61
zc lao pa
re^nueftrofeuo^Do
Carloetconekbn
ftianiflimo
ue
fu en fu
fanto
feruieio conferuc2tme«
. J. Chiste real sobre las pazes del Emperador y rey. Title-page. C.34.h.46.
twenty lines. This text type seems to be the same as that ofthe Boccaccio, but not ofthe
other books quoted.
There is one further complication. The only other book in which I thought I had found
the lower portion of the title-page woodcut border is: Ghiste real sobre las pazes del
Emperador y rey nuestro senor do Garlos [Charles V]: conel christianissimo Rey de Fracia,
printed in 1539. But this is a book which I had, for other reasons, tentatively and
somewhat dubiously assigned to a press at Cuenca. This is yet another instance of the
extraordinary extent to which woodcut blocks were lent and closely copied between one
town and another in sixteenth-century Spain: and this phenomenon has been commented
on by others apart from the present writer.^ The one block is a very clever copy ofthe other
(see fig. 3). The top border-piece ofthe Ghiste was certainly used in 1533 at Cuenca on the
title-page ofRelacion de la vida de D. Gil de Albornoz, printed by Francisco Alfaro (Vindel,
viii. 15). However, if the Ghiste was really printed at Cuenca, it is more likely to be the
work of GuiUermo Reymon, who was certainly printing in Cuenca in 1538, whereas I have
records of Francisco Alfaro only between 1530 and 1533.
We cannot tell how and why two woodcut border-pieces, one apparently used at Cuenca
in 1539 and the other evidently used at Medina del Campo in 1542, should be such close
copies of each other. It still seems correct on the evidence available to catalogue the Sermon
de amores thus:
[Medina del Campo: Pedro de Castro,] 1542.
See Clara Leonora Nicolay, The Life and Works of
Cristdbal de Castillejo. University of Pennsylvania,
series in Romanic Languages and Literatures, 4
no. 4 (Philadelphia, 1910). The Sermdn de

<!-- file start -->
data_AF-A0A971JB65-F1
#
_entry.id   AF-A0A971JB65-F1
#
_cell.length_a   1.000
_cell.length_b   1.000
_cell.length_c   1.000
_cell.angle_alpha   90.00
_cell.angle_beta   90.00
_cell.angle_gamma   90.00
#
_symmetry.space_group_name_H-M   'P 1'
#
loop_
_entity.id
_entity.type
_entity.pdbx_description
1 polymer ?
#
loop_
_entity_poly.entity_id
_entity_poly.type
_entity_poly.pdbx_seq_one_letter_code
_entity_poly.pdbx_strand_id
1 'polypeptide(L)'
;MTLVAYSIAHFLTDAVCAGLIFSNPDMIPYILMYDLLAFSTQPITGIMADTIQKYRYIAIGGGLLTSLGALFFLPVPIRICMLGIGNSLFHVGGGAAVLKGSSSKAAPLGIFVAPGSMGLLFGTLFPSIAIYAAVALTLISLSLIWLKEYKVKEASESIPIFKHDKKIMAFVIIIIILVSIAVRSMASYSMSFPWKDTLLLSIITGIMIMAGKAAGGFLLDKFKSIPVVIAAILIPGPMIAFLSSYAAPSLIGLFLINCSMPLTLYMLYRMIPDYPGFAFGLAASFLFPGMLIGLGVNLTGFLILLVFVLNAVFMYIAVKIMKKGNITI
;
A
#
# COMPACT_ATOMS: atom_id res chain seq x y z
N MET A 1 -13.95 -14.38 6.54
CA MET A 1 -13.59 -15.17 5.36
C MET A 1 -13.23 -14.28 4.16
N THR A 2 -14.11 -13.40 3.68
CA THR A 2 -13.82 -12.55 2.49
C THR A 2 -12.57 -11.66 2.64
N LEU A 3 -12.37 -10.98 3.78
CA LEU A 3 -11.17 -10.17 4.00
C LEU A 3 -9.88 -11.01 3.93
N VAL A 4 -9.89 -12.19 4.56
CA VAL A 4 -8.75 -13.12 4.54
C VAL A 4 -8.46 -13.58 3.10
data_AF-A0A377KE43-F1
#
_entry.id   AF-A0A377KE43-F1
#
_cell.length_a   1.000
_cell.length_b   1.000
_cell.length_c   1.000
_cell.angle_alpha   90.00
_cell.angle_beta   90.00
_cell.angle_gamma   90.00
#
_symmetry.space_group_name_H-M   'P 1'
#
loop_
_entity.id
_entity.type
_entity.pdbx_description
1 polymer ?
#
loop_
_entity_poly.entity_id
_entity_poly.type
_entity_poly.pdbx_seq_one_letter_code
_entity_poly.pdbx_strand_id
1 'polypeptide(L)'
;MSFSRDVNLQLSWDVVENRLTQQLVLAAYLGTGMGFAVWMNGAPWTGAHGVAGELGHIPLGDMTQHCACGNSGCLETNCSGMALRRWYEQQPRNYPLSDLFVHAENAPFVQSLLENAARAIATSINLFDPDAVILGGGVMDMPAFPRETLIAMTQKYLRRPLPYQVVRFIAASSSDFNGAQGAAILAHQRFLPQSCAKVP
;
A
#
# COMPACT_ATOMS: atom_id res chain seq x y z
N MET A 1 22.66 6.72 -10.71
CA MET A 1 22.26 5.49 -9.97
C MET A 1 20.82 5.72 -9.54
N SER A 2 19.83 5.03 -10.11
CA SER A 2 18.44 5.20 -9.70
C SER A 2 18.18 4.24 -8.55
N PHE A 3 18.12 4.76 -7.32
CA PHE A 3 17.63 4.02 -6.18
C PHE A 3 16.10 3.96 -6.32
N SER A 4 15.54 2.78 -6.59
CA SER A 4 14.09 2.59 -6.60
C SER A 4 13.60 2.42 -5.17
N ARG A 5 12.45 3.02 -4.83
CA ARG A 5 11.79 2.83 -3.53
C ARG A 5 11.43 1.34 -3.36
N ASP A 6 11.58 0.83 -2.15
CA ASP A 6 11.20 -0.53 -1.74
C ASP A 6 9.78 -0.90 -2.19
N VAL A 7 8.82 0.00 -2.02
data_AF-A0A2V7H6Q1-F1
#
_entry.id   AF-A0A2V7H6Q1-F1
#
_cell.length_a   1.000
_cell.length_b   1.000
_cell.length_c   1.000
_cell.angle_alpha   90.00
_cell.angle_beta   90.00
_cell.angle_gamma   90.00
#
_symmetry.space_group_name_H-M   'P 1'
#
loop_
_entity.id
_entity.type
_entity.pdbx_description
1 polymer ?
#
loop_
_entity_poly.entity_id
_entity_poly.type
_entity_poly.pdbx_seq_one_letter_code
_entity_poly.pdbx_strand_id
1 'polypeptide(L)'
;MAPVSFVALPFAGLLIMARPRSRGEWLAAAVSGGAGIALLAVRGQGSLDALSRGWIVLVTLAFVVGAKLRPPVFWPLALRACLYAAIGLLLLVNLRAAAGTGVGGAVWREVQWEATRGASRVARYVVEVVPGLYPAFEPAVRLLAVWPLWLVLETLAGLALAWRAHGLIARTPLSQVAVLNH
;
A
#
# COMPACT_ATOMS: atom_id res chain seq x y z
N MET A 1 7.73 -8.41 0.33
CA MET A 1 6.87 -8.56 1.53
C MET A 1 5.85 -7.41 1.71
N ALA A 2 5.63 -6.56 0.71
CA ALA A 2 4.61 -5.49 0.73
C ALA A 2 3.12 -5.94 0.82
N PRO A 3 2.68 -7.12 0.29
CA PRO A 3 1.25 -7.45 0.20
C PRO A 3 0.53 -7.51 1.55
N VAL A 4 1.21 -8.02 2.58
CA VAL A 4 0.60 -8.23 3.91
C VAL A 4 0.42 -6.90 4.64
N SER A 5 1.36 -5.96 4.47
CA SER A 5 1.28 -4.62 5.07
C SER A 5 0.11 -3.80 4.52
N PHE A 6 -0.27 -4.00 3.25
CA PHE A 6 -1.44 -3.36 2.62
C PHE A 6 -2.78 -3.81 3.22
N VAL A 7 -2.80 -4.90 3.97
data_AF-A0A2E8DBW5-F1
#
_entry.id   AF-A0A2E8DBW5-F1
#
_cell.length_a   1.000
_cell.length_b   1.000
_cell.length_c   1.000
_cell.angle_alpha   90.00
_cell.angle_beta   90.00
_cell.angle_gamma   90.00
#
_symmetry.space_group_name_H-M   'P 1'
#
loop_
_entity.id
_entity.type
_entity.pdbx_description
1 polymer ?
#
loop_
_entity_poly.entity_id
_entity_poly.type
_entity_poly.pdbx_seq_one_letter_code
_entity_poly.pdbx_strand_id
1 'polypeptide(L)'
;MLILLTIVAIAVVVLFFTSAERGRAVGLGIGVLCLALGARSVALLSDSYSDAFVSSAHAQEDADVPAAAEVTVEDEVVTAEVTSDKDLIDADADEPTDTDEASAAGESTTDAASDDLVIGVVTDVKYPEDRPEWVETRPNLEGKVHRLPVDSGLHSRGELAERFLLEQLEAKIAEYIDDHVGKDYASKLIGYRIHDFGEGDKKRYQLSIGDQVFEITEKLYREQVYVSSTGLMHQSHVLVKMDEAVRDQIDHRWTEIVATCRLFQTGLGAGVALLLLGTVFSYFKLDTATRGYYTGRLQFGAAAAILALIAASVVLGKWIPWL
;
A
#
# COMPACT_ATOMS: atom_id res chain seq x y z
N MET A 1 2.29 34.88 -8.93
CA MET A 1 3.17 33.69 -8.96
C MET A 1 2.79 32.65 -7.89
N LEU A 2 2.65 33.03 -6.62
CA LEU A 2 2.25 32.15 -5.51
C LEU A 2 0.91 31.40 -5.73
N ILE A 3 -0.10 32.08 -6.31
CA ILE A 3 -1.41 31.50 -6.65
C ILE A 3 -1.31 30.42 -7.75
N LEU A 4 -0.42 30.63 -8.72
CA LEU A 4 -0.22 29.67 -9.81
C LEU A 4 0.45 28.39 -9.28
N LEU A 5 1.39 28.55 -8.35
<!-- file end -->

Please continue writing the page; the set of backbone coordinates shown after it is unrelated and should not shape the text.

amores is published in vol. i, pp. 39-160, of the
works in four volumes of Castillejo, edited by J.
Dominguez Bordona (Madrid, 1926-9).
2 Dominguez Bordona, vol. cit., p. 34. R. Foulche
Delbosc, 'Des oeuvres de Cristobal de Castillejo',
Revue Hispanique, xxxvi (1916), pp. 489-620. 5
See, especially, p. 505. Foulche Delbosc thought
that the book might have been printed in Italy,
but it is impossible to imagine why he thought
so.
3 A Catalogue ofthe Library ofa well known Collector
[S. W. Singer's name added in MS.] to be sold by
Mr. Evans, Fourth Day's Sale [27 April] i8i8, no.
748, described as 'a very curious and rare Poetical
Dialogue, red morocco'. See also B. J. Gallardo,
Ensayo de una biblioteca espanola de libros raros 6y
curiosos, tom. ii (Madrid, 1866), col. 290: 'Parte de
Ia Costanza dice el Sr. Gallardo que ha visto
impresa con otro titulo en 4''. letra g6tica. Se la
franqueo en Londres Mr. Heber, rico y profundo
bibliologo. Dr. Juan Jose Bueno.'
References here are to Francisco Vindel, Aianual
grdfico-descriptivo del bibliofilo hispano-americano
{14J5-18S0), ten vols. (Madrid, 1930). This is an
inaccurate and incomplete work, but very useful
for its illustrations, many of which, however, are
not the original size, so that comparisons are often
difficult.
The fact that the block used in Salamanca by Juan
de Junta in 1547 is not quite the same as that found
in the Sermdn de amores is proved by its occurrence
in another book in the British Library, Las Leyes
del Estilo: y declaraciones sobre las leyes del Fuero,
1550. This has the device of Juan de Junta on the
title-page. Spanish printers of the sixteenth century seem to have made more of a habit than any
other country's printers of closely imitating each
other's woodcut material.
See, for example, M. R. Perkin, 'An Unrecorded
Valladolid Printing [Rodericus Suarez, Lectura
legu aliquaru, 1539]', The Library, 6th ser., vi
(1984), pp. 369-71.